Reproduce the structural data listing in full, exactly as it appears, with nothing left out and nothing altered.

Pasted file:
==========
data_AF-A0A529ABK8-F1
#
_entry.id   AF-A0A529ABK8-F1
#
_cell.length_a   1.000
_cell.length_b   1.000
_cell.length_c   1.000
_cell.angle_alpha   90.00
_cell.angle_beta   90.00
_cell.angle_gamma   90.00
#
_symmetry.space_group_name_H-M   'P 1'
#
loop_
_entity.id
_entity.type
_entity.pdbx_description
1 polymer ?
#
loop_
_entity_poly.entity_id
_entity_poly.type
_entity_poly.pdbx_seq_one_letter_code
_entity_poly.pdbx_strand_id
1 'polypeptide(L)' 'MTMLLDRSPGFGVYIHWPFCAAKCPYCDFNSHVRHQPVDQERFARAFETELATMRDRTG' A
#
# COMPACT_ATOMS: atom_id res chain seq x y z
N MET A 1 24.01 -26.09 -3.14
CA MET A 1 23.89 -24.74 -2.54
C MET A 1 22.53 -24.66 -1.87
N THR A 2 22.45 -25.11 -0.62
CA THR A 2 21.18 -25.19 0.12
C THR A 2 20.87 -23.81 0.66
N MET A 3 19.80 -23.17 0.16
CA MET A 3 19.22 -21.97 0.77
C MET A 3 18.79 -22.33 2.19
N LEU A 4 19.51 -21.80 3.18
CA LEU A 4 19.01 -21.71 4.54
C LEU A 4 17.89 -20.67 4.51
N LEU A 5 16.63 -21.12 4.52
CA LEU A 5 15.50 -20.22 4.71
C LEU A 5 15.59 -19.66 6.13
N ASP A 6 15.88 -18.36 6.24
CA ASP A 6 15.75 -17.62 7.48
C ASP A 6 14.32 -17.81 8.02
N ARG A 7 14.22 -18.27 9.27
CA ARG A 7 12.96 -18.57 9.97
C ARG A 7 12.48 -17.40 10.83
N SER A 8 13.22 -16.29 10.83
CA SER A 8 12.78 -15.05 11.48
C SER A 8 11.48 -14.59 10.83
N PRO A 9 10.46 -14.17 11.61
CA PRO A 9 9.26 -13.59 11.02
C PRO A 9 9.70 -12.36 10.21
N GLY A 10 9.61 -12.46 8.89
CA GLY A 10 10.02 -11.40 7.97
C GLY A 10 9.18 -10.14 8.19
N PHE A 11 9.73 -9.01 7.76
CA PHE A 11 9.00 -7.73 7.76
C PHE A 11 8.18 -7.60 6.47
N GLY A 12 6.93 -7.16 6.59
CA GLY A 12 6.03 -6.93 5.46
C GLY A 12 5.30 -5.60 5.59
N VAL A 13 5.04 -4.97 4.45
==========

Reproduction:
data_AF-A0A529ABK8-F1
#
_entry.id   AF-A0A529ABK8-F1
#
_cell.length_a   1.000
_cell.length_b   1.000
_cell.length_c   1.000
_cell.angle_alpha   90.00
_cell.angle_beta   90.00
_cell.angle_gamma   90.00
#
_symmetry.space_group_name_H-M   'P 1'
#
loop_
_entity.id
_entity.type
_entity.pdbx_description
1 polymer ?
#
loop_
_entity_poly.entity_id
_entity_poly.type
_entity_poly.pdbx_seq_one_letter_code
_entity_poly.pdbx_strand_id
1 'polypeptide(L)' 'MTMLLDRSPGFGVYIHWPFCAAKCPYCDFNSHVRHQPVDQERFARAFETELATMRDRTG' A
#
# COMPACT_ATOMS: atom_id res chain seq x y z
N MET A 1 24.01 -26.09 -3.14
CA MET A 1 23.89 -24.74 -2.54
C MET A 1 22.53 -24.66 -1.87
N THR A 2 22.45 -25.11 -0.62
CA THR A 2 21.18 -25.19 0.12
C THR A 2 20.87 -23.81 0.66
N MET A 3 19.80 -23.17 0.16
CA MET A 3 19.22 -21.97 0.77
C MET A 3 18.79 -22.33 2.19
N LEU A 4 19.51 -21.80 3.18
CA LEU A 4 19.01 -21.71 4.54
C LEU A 4 17.89 -20.67 4.51
N LEU A 5 16.63 -21.12 4.52
CA LEU A 5 15.50 -20.22 4.71
C LEU A 5 15.59 -19.66 6.13
N ASP A 6 15.88 -18.36 6.24
CA ASP A 6 15.75 -17.62 7.48
C ASP A 6 14.32 -17.81 8.02
N ARG A 7 14.22 -18.27 9.27
CA ARG A 7 12.96 -18.57 9.97
C ARG A 7 12.48 -17.40 10.83
N SER A 8 13.22 -16.29 10.83
CA SER A 8 12.78 -15.05 11.48
C SER A 8 11.48 -14.59 10.83
N PRO A 9 10.46 -14.17 11.61
CA PRO A 9 9.26 -13.59 11.02
C PRO A 9 9.70 -12.36 10.21
N GLY A 10 9.61 -12.46 8.89
CA GLY A 10 10.02 -11.40 7.97
C GLY A 10 9.18 -10.14 8.19
N PHE A 11 9.73 -9.01 7.76
CA PHE A 11 9.00 -7.73 7.76
C PHE A 11 8.18 -7.60 6.47
N GLY A 12 6.93 -7.16 6.59
CA GLY A 12 6.03 -6.93 5.46
C GLY A 12 5.30 -5.60 5.59
N VAL A 13 5.04 -4.97 4.45